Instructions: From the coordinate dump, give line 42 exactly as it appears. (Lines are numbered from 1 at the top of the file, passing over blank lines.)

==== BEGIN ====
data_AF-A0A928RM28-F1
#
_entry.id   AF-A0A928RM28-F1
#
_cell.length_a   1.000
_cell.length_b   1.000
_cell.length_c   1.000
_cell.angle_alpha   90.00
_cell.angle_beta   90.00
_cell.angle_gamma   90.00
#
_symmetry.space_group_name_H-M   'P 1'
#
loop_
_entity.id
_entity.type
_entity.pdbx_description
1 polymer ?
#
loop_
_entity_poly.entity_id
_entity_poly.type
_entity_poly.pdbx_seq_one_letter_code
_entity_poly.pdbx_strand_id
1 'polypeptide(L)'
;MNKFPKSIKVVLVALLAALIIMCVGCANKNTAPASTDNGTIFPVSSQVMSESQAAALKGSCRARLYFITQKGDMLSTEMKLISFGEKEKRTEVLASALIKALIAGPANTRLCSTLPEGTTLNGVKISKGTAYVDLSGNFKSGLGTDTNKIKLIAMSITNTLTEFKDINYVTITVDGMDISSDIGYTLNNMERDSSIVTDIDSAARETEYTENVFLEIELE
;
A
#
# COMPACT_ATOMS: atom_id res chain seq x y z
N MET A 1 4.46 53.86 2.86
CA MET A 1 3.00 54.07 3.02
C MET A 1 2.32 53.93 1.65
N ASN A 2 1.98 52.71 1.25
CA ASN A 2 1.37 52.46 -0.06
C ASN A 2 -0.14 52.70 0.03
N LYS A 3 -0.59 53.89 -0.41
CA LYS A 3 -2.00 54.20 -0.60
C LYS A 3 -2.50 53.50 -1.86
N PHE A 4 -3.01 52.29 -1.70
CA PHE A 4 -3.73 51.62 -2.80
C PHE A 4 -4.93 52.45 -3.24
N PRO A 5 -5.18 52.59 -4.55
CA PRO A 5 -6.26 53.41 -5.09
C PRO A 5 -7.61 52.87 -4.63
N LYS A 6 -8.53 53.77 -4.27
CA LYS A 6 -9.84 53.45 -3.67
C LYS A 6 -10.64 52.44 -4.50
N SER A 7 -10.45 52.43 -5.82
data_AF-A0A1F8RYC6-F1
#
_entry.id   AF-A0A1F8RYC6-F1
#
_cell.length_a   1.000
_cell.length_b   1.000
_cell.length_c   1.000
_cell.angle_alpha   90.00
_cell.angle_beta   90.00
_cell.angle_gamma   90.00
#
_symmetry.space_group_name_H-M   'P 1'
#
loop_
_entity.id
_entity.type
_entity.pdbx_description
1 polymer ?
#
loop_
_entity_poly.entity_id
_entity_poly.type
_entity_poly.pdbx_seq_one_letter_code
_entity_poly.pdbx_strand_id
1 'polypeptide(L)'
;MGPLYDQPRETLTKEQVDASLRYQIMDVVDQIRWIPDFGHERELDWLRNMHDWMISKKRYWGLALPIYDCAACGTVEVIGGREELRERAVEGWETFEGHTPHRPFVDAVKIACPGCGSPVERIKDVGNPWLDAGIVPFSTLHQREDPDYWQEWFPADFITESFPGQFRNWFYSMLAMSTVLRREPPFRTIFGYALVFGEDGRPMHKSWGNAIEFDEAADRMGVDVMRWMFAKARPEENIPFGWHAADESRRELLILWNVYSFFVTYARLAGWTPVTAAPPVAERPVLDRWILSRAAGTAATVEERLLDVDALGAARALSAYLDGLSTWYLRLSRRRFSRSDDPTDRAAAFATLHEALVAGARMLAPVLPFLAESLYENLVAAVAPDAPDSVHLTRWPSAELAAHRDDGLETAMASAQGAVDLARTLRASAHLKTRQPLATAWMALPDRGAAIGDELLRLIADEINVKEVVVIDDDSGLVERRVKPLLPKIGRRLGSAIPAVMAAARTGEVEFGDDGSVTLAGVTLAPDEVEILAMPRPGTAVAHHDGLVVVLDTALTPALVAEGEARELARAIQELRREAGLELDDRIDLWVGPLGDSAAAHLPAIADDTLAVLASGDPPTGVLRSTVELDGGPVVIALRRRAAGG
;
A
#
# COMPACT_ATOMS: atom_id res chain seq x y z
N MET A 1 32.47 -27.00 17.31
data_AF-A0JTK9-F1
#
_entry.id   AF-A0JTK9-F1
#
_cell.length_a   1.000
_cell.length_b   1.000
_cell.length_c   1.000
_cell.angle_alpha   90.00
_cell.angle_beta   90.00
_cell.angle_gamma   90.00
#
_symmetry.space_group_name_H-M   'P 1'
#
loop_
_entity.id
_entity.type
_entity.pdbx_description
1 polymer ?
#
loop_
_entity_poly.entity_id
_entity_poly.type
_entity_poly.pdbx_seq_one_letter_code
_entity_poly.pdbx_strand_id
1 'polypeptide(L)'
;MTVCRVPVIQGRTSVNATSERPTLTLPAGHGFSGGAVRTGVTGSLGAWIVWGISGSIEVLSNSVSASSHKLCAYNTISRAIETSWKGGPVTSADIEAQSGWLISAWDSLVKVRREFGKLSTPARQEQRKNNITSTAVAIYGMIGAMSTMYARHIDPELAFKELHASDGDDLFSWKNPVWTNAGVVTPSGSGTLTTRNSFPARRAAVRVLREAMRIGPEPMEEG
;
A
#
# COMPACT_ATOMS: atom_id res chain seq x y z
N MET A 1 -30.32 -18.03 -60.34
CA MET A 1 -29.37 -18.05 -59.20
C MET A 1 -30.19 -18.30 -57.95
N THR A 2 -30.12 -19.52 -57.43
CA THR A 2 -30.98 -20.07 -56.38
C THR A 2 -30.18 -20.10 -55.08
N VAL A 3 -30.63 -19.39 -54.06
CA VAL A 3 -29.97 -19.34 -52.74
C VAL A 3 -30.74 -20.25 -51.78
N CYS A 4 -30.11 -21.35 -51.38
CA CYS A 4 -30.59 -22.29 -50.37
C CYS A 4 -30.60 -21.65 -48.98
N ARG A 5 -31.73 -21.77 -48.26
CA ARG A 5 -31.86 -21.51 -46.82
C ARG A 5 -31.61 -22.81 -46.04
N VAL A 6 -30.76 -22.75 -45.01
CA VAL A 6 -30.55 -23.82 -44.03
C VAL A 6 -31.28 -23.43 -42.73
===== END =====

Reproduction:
C PHE A 4 -4.93 52.45 -3.24